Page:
San Francisco

Iconic San Francisco Gay Bar Facing Steep Rent Hike to Be Sold to Collective, Run as Co-Op

The Stud Bar, a 50-year-old gay bar in San Francisco's South of Market neighborhood threatened with closure because of a rent hike, will be sold to a collective that plans to run it as a co-op, the bar's owner said Thursday.

"I've made the choice to move forward with transferring ownership of the bar to the Stud Collective based on the diverse, multitalented, qualified group that they represent," bar owner Michael McElhaney said Thursday in a statement.

He continued: "If these awesome folks can't make it work, no one can."

McElhaney, who has owned the bar for 25 years, announced last month that he planned to sell the bar after learning of a 300 percent rent hike. He said he was heartbroken to think his bar would be relegated to a memory in San Francisco's history.

To him, closing the Stud represented "dissolving and years of community building evaporating into space."

Now, McElhaney is negotiating a unique deal, which could be signed in a matter of weeks, if all goes smoothly with the Stud Collective.

Stud Collective
A 15-member collective will run the Stud Bar, an iconic San Francisco gay bar, as a co-op. (Aug. 4, 2016)

The newly minted Stud Collective is made up of loyal customers, who are drag queens, performers, DJs, bartenders and LGBT business leaders, who have been raising money and working together to keep the nightclub from closing. The 15 members also have business skills in areas such as bar and restaurant management, public relations, accounting, historic preservation, arts funding and land development.

"We have the funding, resources and talent to make The Stud a profitable, successful business," said co-op spokesperson and drag queen VivvyAnne Forevermore. "We hope the new building owner will give us the chance to sign a market value lease and allow us to keep this historic bar a space where everyone is welcome."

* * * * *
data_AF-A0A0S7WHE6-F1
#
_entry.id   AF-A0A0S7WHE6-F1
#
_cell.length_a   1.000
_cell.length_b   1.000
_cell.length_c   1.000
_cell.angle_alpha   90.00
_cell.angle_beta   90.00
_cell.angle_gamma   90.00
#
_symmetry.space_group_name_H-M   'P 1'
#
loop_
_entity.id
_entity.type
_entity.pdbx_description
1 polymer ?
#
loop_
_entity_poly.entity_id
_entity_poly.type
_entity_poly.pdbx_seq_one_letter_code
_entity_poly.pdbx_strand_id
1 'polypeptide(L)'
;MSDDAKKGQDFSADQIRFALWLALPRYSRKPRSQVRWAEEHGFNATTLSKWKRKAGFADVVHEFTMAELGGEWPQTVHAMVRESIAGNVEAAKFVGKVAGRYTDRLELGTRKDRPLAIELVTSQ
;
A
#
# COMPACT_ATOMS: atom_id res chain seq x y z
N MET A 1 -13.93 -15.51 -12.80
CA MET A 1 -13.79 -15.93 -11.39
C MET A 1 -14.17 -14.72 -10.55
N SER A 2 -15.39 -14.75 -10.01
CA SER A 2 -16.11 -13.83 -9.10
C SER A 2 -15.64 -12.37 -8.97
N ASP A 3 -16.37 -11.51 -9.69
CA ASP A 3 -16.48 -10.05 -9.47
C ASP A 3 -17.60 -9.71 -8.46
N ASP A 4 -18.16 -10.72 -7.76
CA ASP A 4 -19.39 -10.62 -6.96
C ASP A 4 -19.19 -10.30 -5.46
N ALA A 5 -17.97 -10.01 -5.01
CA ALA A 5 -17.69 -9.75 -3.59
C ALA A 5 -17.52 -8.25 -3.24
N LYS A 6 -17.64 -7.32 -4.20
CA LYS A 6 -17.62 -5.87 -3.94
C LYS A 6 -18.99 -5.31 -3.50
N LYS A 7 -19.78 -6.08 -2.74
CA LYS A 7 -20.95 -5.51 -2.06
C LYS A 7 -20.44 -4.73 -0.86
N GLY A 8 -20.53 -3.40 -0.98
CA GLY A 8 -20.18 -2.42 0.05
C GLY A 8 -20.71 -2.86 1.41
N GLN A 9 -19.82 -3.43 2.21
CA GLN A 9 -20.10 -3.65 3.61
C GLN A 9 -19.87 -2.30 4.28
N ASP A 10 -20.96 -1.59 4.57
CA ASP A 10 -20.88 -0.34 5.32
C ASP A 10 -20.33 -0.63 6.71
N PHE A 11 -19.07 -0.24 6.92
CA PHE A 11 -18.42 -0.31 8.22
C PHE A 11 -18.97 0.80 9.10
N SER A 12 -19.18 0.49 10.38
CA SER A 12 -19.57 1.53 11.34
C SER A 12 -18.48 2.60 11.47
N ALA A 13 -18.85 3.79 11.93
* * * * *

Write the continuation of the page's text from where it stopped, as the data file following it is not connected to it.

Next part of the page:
Honey Mahogany also has been an active participant in the grassroots effort to save the legendary bar, whose doors will continue to remain open for everyone.

"There are certain things that are too important to let go of, and I think the Stud is one of them," he said.

Having come to the Stud for over a decade, Mahogany is looking forward to owning the club alongside other collective members.

"I think preserving our historic spaces and providing safe spaces for the community to congregate in a city that’s constantly changing is really important," Mahogany said.

The group says it has secured funding for the purchase and plans to work with Supervisor Jane Kim and the Mayor's Office of Economic and Workforce Development to create a business model that will maximize profits and allow the bar and performance space to keep operating.

Kim said she was honored to help lead the efforts to keep the Stud open.

"We can't underestimate the importance of the Stud to the LGBT community," Kim said. "Not only has The Stud been the site of important artistic and political events, it currently serves as one of the anchor businesses for the future Tenderloin/SOMA LGBT Heritage District."

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